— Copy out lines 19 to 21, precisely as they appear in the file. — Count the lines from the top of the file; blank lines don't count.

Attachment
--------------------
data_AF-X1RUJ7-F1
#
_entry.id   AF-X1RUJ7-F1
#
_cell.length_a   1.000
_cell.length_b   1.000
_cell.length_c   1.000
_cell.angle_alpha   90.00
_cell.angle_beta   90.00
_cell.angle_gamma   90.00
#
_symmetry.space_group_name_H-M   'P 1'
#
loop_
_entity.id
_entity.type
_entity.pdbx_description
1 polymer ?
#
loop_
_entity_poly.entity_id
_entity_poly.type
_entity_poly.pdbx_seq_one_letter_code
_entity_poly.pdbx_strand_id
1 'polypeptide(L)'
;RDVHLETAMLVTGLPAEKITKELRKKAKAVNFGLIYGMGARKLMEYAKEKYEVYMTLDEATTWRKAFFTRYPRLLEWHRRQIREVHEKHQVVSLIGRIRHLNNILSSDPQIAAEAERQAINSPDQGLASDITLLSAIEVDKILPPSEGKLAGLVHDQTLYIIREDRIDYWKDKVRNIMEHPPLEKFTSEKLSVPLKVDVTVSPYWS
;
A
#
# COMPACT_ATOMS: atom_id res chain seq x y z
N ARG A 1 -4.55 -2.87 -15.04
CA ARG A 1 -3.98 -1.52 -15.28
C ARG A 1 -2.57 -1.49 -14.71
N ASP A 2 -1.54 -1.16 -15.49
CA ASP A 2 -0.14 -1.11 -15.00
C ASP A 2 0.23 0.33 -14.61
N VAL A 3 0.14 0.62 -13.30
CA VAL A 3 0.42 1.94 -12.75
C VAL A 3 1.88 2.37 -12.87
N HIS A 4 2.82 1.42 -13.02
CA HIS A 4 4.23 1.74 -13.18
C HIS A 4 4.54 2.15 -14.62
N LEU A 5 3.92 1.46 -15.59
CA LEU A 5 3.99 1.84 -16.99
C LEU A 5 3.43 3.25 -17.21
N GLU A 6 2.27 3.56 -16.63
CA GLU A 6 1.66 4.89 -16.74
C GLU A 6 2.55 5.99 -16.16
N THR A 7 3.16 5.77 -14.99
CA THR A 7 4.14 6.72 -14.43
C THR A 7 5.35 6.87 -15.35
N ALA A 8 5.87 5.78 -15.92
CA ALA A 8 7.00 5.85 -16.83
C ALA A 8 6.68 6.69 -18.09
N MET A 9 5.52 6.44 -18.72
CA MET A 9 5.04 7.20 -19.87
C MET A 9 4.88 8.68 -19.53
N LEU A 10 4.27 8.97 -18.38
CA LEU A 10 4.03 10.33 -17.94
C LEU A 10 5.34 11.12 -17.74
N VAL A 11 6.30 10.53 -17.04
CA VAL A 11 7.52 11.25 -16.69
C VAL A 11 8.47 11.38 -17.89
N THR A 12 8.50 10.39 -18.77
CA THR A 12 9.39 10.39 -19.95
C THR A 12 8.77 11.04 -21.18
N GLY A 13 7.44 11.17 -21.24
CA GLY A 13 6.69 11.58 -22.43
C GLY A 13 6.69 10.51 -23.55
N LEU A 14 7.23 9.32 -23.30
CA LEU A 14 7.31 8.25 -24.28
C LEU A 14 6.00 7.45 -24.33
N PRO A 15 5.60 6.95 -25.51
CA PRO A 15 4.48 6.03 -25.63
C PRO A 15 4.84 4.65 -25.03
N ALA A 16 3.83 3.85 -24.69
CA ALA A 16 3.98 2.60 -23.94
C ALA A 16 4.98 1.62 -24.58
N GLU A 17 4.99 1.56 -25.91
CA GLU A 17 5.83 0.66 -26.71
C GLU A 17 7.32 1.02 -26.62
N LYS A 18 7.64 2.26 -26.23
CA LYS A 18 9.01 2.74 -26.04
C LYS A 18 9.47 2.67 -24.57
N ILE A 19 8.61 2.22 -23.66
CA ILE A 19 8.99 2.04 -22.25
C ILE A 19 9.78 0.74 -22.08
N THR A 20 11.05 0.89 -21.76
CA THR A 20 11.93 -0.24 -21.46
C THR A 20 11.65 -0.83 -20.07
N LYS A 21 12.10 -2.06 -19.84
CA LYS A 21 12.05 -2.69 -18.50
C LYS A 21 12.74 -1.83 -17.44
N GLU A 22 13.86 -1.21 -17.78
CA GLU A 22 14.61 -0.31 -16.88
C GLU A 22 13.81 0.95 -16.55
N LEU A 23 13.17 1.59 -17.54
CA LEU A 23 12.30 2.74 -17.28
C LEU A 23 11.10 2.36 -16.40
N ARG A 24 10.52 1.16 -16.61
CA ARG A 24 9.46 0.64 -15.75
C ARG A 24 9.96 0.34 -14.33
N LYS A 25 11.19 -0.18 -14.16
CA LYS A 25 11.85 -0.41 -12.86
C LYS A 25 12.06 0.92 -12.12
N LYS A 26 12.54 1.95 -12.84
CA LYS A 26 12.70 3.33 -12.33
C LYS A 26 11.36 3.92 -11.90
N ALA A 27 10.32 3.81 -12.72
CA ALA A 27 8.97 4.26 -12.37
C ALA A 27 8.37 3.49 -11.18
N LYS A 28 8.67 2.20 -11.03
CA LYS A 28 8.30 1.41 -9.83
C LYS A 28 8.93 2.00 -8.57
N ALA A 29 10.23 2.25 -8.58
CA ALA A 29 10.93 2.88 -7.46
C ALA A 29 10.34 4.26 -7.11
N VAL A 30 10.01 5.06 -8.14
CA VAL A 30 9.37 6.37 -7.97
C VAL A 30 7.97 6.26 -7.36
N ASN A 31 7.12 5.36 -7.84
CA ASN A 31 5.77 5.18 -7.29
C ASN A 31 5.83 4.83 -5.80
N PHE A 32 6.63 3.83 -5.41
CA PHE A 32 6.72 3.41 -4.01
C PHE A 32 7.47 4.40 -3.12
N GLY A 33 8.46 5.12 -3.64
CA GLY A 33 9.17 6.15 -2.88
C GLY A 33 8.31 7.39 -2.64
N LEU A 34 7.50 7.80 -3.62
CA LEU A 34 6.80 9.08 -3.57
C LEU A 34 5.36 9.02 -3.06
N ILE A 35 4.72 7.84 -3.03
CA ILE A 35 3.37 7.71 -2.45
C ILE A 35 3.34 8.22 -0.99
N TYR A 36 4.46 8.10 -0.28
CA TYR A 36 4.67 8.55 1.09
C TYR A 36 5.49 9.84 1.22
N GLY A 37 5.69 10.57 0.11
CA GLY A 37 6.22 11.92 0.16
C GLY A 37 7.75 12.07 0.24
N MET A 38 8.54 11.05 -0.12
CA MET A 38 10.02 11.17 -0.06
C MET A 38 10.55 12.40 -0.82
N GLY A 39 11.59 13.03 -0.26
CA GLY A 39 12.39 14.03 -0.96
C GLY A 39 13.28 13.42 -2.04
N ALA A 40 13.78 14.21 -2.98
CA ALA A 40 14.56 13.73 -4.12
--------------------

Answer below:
#
loop_
_entity_poly.entity_id